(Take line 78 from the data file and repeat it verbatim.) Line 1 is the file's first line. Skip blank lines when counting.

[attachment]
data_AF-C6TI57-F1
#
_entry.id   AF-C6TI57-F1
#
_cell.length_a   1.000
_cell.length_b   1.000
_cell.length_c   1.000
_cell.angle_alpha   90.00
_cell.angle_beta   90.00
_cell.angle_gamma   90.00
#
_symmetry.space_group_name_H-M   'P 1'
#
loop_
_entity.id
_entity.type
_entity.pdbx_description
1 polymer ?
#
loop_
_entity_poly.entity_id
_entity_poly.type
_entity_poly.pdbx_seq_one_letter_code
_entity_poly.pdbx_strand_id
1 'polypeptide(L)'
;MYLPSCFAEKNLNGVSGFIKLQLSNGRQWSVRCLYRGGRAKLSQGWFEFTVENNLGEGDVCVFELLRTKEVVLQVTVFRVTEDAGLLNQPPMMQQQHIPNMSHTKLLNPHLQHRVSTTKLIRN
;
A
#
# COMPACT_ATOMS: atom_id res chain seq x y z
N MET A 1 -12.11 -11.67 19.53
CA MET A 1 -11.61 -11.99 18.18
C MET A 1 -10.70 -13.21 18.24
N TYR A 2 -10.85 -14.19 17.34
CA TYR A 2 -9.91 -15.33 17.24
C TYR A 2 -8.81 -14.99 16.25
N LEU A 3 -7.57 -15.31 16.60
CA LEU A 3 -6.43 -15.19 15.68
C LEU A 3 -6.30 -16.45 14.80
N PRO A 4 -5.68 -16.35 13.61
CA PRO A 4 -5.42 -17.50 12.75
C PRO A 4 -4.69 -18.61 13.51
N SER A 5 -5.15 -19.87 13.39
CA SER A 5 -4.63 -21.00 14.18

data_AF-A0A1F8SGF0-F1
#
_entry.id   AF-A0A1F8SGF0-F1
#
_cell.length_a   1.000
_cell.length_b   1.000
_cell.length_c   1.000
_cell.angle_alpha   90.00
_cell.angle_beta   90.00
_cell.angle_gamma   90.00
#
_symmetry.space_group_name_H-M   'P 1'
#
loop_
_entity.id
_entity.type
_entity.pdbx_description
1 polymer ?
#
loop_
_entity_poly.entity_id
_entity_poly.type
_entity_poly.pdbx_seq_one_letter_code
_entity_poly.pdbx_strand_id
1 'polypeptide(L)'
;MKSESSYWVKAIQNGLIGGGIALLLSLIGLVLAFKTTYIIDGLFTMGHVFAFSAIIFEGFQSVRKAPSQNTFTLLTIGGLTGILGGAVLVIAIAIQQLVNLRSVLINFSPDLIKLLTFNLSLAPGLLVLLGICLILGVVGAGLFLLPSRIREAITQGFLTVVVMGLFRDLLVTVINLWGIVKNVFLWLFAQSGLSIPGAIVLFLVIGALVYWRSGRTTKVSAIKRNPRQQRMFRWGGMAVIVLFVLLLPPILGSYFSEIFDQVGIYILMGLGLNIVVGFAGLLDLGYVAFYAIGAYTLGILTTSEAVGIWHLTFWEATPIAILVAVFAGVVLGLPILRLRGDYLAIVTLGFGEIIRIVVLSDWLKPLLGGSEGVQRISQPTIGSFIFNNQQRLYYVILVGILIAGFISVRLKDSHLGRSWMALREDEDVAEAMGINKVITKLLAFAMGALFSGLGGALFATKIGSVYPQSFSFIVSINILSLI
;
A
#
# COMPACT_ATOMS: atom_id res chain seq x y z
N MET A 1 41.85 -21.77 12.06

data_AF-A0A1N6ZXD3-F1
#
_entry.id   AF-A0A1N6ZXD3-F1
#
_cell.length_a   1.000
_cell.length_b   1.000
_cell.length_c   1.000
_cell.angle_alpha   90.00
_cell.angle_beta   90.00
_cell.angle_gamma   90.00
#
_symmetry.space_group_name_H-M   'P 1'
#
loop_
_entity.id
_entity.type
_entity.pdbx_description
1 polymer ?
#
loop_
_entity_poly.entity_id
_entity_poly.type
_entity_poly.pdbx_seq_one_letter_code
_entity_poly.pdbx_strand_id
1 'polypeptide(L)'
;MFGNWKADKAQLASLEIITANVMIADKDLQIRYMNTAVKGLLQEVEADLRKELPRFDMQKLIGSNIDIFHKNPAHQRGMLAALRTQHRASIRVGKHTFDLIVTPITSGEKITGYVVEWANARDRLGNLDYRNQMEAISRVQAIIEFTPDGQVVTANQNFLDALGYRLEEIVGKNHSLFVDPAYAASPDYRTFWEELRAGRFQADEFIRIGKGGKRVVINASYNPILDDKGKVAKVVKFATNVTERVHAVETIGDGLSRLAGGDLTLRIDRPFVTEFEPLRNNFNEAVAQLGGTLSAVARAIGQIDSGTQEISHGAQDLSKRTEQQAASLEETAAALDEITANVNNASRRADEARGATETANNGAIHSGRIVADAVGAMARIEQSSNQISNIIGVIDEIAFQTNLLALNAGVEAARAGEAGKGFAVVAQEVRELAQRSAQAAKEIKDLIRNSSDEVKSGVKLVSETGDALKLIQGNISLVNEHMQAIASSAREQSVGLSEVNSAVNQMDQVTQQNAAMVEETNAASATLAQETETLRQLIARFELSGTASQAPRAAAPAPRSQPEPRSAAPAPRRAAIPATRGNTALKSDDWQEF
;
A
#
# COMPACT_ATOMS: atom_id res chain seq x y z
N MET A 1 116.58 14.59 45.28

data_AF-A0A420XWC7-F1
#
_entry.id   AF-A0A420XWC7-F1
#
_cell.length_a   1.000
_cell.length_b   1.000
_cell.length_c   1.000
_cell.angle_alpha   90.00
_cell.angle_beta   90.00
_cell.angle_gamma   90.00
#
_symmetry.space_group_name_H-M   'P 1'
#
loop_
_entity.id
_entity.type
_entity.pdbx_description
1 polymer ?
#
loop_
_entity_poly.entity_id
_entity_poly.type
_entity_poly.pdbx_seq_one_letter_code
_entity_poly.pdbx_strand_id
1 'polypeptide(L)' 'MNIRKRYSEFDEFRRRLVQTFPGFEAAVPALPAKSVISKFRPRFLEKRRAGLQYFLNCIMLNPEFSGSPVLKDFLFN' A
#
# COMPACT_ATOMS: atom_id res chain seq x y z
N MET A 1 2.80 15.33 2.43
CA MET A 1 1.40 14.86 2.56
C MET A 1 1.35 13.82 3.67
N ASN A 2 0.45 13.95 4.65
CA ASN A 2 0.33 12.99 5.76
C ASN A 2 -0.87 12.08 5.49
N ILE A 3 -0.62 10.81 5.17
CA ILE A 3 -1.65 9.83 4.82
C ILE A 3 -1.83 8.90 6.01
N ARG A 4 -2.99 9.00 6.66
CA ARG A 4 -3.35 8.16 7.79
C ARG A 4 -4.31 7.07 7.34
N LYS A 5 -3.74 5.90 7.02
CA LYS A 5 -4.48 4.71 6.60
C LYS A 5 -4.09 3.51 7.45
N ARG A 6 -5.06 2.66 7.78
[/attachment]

_entry.id   AF-A0A1N6ZXD3-F1